Protect Your Right to Water Access
Who is Killing Our Water Access?
By Jim Lowry (email@example.com)
According to The Osgood File, “Over the past few decades, the Florida Keys have experienced a development explosion. Once home to approximately 10,000 people who largely resided in sleepy fishing villages, the Keys are now home to some 85,000 year-round residents, with an additional 2.5 million people visiting every year. “
The Florida Keys Keynoter states, “Boot Key Harbor is one of Marathon''s last bastions of truly affordable housing and home to a large portion of the city''s workforce.” Past city leaders tried to limit access within Boot Key Harbor. The boaters fought back, and the liveaboards remain—but for how long?
But this isn’t just about Marathon, the Keys, or the state of Florida. It is about losing our access to the water around the country. It’s about decreasing the availability of waterfront property necessary to sustain commercial-fishing and recreational boating activities.
It’s about losing millions of dollars generated in state and local tax revenue. It’s about people losing their livelihood on the water and the use of the water as affordable housing.
It has been stated, “Cay Clubs, owned by former Mariner''s Club and Earthmark CEO Dave Clark, opened for business just last summer. But already it has made its mark throughout the Keys and other parts of Florida … “
Frank Rego, Cay Clubs Vice President of Operations, recently stated in Keys Sunday, “The laid-back atmosphere of the Keys needs to stay, because that’s the big draw for tourists” Rego rejects the idea that the company will hurt working people.
But the Cay Clubs are not helping the working people either.
The Web site for their property, Lighthouse Cay Club, claims the property is a “full-service marina,” yet they have not opened any dinghy docks or facilities for the working class living on the water. Nor do their properties allow for maintenance and repairs or public boat launching.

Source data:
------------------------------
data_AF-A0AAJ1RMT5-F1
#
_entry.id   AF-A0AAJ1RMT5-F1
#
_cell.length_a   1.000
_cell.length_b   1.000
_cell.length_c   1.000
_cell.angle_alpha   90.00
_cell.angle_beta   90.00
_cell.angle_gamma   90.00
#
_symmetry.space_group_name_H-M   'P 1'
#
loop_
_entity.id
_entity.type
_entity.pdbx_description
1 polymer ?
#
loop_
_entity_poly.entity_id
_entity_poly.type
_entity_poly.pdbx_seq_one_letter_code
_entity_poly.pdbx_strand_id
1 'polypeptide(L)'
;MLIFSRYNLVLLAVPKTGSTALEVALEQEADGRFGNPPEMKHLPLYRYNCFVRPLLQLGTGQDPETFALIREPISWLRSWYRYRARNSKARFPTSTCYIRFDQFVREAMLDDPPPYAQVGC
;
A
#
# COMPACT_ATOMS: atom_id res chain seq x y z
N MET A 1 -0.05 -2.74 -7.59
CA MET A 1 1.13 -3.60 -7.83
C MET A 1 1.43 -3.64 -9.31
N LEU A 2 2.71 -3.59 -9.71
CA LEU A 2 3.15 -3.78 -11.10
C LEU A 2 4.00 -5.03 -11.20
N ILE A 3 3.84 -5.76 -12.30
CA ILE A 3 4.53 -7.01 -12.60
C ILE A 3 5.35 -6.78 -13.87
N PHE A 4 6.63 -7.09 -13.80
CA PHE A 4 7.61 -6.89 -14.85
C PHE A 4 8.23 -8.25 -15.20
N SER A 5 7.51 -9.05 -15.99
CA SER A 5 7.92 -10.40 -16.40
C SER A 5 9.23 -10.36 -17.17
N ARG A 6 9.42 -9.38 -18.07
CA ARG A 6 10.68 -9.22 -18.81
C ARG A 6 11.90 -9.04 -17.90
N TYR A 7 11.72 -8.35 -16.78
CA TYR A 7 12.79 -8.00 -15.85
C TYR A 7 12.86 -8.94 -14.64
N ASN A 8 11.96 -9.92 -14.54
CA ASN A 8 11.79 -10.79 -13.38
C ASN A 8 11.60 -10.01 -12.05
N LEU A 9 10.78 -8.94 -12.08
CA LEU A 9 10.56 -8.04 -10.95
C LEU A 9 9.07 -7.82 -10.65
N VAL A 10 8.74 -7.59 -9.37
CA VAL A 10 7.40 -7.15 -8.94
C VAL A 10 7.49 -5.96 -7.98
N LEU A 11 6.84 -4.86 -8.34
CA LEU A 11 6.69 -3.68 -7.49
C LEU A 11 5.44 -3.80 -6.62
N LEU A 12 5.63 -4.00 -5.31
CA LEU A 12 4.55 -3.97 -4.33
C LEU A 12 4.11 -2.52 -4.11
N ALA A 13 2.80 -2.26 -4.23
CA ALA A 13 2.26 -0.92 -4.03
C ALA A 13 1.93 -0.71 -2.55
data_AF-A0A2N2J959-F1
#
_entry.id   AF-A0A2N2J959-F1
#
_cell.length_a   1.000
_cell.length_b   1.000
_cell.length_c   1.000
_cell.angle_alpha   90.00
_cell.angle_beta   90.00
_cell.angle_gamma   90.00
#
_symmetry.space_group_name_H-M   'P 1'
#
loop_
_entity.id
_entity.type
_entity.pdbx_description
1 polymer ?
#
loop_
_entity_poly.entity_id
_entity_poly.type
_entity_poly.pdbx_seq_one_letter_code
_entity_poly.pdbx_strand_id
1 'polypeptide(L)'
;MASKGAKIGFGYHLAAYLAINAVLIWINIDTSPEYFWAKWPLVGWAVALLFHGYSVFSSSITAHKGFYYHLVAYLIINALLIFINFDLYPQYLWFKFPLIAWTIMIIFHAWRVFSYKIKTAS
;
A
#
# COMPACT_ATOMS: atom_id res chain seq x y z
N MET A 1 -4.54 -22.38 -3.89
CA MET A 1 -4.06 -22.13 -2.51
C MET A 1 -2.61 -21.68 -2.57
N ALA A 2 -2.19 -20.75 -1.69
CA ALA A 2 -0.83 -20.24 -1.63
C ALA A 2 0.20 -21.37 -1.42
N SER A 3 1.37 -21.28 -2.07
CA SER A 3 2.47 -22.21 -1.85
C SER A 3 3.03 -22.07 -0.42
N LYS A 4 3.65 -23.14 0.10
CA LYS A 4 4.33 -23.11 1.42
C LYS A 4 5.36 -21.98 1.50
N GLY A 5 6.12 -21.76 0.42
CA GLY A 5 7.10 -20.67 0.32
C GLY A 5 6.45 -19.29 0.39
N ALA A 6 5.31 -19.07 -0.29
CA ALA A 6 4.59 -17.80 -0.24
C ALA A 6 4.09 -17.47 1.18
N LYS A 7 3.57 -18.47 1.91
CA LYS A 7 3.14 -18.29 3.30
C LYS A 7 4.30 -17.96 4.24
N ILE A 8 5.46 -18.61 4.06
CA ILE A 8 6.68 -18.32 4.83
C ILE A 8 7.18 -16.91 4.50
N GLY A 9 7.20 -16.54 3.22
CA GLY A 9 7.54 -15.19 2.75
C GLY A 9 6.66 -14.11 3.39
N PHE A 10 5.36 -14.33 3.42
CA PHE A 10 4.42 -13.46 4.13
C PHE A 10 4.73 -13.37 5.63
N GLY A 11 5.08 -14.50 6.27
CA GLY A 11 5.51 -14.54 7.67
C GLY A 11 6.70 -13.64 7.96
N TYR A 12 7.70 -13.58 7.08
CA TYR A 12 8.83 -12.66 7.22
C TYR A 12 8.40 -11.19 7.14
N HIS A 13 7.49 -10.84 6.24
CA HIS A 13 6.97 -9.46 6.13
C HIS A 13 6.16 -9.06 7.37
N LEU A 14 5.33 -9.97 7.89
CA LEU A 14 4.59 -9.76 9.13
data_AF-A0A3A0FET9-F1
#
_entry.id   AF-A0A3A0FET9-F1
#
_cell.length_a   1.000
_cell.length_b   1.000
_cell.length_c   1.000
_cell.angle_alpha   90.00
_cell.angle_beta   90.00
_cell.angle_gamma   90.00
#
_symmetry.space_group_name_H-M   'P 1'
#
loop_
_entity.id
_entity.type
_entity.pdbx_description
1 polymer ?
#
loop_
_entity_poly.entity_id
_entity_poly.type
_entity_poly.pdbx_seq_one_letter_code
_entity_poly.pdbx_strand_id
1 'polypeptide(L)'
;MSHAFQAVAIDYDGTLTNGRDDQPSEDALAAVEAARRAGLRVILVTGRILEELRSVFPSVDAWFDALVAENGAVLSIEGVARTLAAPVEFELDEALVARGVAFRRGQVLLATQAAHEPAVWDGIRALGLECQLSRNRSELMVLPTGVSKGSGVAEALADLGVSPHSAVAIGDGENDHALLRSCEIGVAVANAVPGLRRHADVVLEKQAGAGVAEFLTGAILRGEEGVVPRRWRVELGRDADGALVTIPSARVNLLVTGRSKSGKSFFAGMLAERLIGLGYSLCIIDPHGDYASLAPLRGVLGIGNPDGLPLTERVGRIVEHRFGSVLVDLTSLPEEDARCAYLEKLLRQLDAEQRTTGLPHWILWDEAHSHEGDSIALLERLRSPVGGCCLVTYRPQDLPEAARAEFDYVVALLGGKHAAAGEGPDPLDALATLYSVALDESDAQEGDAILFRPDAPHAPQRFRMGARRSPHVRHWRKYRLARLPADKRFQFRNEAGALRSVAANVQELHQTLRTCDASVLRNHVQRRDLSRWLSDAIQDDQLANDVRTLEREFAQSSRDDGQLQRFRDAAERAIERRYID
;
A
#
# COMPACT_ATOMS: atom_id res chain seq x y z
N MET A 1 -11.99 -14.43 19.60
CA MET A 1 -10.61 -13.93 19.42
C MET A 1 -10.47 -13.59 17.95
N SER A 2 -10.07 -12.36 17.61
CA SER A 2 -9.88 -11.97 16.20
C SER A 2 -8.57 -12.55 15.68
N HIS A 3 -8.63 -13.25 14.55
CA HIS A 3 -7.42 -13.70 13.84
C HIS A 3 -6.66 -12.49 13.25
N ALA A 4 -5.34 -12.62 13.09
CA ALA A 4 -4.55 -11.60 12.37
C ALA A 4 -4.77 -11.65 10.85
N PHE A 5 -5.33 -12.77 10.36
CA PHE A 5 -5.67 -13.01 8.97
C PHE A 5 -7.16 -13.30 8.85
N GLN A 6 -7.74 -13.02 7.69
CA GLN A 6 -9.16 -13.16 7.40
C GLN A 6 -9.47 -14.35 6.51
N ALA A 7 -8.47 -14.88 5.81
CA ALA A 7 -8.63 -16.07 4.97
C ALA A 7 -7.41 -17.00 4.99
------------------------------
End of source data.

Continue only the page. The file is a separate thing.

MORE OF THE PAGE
According to the study, “Working Waterfronts” (Report Number 2005-122. Prepared for the Florida Senate By the Committee on Community Affairs), “Changes in Florida’s economy and land use may be affecting the economic viability of commercial-fishing and recreational working waterfronts.
It is reported that, increasingly, development interests are buying traditional working waterfronts and converting them to private and residential use. “Water-enhanced” and “water-related” activities are replacing traditional or “water-dependent” activities.
This has the effect of both decreasing the availability of waterfront property necessary to sustain commercial-fishing and recreational boating activities…”
And according to a recent article in the University of Florida News (08/18/2005), “Access to marine waters is a finite resource, because there’s only so much coastline,” said Robert Swett, an assistant professor with UF’s Institute of Food and Agricultural Sciences. “In Florida, the number of registered boats has increased at a faster rate than the number of people, so it’s in everybody’s interest that we maximize the use of our public boating facilities. ..